Road Bike vs Tri Bike: What’s the Difference?

This article originally appeared on Triathlete

If you are a new triathlete, you may be wondering what is best: a road bike or a triathlon bike. Although many triathletes have strong opinions about the best triathlon bikes for beginners, the truth is that you probably do not need a tri-specific bike for your first race. Every bike is just fine for your first triathlon, whether it’s the mountain bike you already have in your garage or the road bike you borrow from a friend. Your first triathlon should be about having fun and learning the ropes – not about spending money.

But once you are hooked (and you get hooked!) After your first race, we can return to the issue of road bike versus triathlon bike. Which will be better for you and your favorite racing style? To get the answer, it is best to understand the difference between the two.

RELATED: Tri 101: How to get started in triathlon

A photo showing the differences between a road bike and a tricycle.

A photo showing the differences between a road bike and a tricycle.


Our whole world has specialized tools: cutting knife and cutting knife, minivan & coupe, brush and roller. The same has road bikes and tri-bikes overlaps and precise advantages.

The handlebars are the most obvious difference between the two. A road bike has the classic “drop bar”, and a triathlon bike has a base bar, armrests and aero extensions. A closer look at the geometry shows that the road bike frame places the saddle a little further behind the pedals and the handlebars a little higher. This gives a road cyclist a better ability to climb steep slopes, descending winding turns and creating explosive accelerations. The triathlon bike geometry places the saddle forward, almost above the pedals, and the bars lower. This gives the tricycle a more aerodynamic position to cut through the wind with ease.

A triathlon bike can still climb, lower, swing and accelerate quickly, but not quite as well as a road bike. This is because most triathlon tracks are flat and straight-like compared to famous road climbs like the Alpe d’Huez – which is one of the reasons why you typically do not see aerobars on most stages of the Tour de France.

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“Why” of racing bike vs. tri-bike design can be boiled down to one word: pull. The road bike leaves the rider taller, his hands wider and more “in the wind” than the tri-bike. When properly mounted on a triathlon bike, the rider is stocked up, with narrower hands / elbows / arms and a flatter torso – also known as the “aero” position. All this is combined to let the triathlete glide through the wind. The result is faster speed at the same effort.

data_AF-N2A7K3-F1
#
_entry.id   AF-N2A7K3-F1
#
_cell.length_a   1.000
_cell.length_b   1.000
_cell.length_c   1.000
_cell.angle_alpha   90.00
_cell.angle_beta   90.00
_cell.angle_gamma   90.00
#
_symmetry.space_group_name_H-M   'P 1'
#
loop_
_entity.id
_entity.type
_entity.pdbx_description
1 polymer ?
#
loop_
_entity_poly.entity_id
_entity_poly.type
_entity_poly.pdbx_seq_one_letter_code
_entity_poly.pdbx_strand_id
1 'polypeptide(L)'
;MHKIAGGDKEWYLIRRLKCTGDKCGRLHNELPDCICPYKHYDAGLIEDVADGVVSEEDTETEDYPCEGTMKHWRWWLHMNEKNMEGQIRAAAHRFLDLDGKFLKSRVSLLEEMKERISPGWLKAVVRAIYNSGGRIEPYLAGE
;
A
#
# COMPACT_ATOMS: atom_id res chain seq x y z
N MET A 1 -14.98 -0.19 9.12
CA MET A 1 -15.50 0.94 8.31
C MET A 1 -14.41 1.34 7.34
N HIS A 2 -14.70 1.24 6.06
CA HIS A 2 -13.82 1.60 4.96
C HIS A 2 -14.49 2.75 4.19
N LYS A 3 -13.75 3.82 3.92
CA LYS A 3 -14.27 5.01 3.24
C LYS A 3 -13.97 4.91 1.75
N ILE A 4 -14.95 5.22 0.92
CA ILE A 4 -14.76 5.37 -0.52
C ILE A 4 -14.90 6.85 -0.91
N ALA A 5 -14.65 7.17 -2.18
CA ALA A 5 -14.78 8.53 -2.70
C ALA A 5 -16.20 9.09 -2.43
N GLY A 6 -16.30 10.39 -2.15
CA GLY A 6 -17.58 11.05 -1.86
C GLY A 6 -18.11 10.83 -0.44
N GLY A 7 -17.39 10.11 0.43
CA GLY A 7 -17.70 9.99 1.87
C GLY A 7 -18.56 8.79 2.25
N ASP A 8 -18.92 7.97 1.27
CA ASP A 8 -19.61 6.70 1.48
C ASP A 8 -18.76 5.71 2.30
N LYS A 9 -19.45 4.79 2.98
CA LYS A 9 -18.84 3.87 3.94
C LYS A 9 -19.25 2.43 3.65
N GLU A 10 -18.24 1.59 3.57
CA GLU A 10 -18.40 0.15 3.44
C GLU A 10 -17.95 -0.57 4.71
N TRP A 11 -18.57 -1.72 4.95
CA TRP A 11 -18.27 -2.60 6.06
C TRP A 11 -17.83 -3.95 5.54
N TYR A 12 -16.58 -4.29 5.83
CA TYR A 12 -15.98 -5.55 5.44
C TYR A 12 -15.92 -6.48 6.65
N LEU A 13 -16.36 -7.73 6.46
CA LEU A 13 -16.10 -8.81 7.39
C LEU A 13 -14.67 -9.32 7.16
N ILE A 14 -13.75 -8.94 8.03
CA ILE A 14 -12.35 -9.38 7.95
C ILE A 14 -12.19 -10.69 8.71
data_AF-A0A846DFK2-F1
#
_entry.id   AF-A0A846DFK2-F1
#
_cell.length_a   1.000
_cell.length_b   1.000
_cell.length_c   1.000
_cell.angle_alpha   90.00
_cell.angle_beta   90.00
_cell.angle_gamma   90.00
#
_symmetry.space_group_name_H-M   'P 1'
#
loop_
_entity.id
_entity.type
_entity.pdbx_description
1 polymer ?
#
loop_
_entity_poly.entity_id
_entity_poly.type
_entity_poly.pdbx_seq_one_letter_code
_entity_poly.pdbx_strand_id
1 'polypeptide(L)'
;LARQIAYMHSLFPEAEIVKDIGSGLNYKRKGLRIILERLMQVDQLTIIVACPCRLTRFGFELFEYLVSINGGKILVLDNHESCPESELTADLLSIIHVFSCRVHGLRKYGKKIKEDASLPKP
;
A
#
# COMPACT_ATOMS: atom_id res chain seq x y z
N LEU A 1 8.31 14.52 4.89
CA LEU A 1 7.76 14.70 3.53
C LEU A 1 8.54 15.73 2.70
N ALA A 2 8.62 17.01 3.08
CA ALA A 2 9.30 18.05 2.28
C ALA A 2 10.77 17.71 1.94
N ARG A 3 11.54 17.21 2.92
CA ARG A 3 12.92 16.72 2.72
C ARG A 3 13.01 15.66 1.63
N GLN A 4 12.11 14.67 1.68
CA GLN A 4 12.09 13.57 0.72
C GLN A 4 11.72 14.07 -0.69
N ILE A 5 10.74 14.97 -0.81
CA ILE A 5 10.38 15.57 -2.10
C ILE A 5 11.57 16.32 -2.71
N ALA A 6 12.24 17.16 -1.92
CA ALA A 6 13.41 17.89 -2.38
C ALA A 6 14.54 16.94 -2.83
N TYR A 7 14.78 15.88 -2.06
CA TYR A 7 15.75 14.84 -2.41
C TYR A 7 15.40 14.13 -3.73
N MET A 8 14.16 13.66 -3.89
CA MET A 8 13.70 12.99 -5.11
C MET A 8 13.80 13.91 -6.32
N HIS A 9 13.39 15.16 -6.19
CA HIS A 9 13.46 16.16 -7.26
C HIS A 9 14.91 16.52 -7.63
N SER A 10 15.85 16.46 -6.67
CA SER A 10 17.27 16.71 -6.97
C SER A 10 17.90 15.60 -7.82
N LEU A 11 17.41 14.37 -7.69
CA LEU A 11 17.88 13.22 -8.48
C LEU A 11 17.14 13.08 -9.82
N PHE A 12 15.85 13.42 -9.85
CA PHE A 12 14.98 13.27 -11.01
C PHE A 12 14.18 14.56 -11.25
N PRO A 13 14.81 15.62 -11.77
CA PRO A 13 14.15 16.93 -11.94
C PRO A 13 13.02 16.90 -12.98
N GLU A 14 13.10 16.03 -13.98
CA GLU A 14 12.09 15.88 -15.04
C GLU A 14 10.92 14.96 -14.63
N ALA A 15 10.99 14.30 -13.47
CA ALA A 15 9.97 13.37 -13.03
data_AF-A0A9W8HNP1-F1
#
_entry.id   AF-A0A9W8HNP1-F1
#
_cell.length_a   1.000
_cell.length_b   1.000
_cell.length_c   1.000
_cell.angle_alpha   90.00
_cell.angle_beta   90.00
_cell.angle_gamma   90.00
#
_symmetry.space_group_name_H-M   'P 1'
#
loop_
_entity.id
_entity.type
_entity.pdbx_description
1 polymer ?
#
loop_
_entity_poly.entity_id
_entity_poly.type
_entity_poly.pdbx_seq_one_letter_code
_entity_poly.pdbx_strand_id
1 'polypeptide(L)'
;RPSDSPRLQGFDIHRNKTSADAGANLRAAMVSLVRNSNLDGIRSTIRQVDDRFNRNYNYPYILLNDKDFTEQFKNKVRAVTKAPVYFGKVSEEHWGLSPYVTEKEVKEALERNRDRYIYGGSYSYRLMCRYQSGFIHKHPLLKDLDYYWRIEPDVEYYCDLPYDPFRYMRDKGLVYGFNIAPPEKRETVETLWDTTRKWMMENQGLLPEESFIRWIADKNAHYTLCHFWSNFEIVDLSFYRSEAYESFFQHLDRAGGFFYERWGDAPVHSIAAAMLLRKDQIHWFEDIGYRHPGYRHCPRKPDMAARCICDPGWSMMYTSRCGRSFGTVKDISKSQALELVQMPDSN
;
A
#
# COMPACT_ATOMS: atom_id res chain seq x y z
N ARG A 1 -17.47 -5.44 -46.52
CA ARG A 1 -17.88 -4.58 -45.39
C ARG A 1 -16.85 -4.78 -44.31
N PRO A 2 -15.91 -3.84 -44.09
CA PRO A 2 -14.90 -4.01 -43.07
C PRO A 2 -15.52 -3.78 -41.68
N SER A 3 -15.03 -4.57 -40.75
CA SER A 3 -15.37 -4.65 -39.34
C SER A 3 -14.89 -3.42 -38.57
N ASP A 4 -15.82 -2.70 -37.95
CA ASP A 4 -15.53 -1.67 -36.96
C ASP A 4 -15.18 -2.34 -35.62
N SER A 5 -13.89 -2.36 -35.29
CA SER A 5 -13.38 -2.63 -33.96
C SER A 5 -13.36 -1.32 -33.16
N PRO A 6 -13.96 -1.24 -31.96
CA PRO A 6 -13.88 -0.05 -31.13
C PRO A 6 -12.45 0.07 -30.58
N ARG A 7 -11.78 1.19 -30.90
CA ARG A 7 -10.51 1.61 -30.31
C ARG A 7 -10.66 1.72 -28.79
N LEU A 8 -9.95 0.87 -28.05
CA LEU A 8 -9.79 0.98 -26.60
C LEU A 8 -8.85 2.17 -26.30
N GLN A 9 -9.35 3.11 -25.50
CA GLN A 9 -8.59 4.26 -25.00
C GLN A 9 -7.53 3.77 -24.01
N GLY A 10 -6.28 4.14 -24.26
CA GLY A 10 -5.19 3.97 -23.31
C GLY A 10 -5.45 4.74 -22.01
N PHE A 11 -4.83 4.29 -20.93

There is easy logic behind these differences. Road cycling allows for drafts. The rider in front does most of the work, while the riders behind roll 30% easier by sitting in their wake / out of the wind / in their tow. “Draft-legal” triathlon is found in the Olympics, at national championships, at many amateur races around the world and is extended to reach more recreational triathletes. These events require road bikes. However, the vast majority of the age group triathlon is non-drafting and the USA Triathlon rules require a 7 meter distance between the riders. The triathlon bike provides a position that is far more efficient in non-draft racing.

To the left, tri-bikes in a race.  To the right road bikes in a race.

(Photo: Getty Images)

When and where

When comparing the use of a road bike or tri-bike, “when” and “where” overlap so beautifully. A triathlete running a triathlon without drafting typically needs to be on a triathlon. When riding a draft legal triathlon (a rare but growing subgroup of the sport), athletes must be on a road bike.

There is also a common theory that a technically challenging bike path, one with lots of climbs and descents and sharp turns, would call for a road bike, even when it is a non-drafting race. However, a skilled cyclist can almost always find an advantage by riding a triathlon bike, even on a technically challenging track. Cycling skills such as swinging, climbing and descending are important elements of triathlon. They should be prioritized for both safety (during training and running) and speed. Once the cycling competence is achieved, a triathlete realizes the value of the aerodynamic position in almost every race on the planet.


There is a natural progression of bike ownership for most triathletes. When someone enters the sport, they typically acquire a road bike and ride a few races on that bike. Next season, it’s common to add a set of clip-on aerobars to the road bike to help reduce their resistance and get a little faster. The road bike is not really designed to be ridden this way, but it is an acceptable half goal.

Do you want to make your road bike work for tri? READ: Your guide to setting up a road bike for triathlon

After a few years, a triathlon bike is usually procured, and the athlete has a road bike to use for recovery trips, group trips, super hilly routes. Plus, they can use their triathlon bike for race-specific training in aeroposition, typically alone, and at training intensities designed to improve race performance. The more time you spend on the sport, the more you will learn about which bike is best suited for which workout.

Ian Murray is the USA Triathlon Level III Coach, Head Coach for the LA Tri Club and is a Master Bike Fitter.

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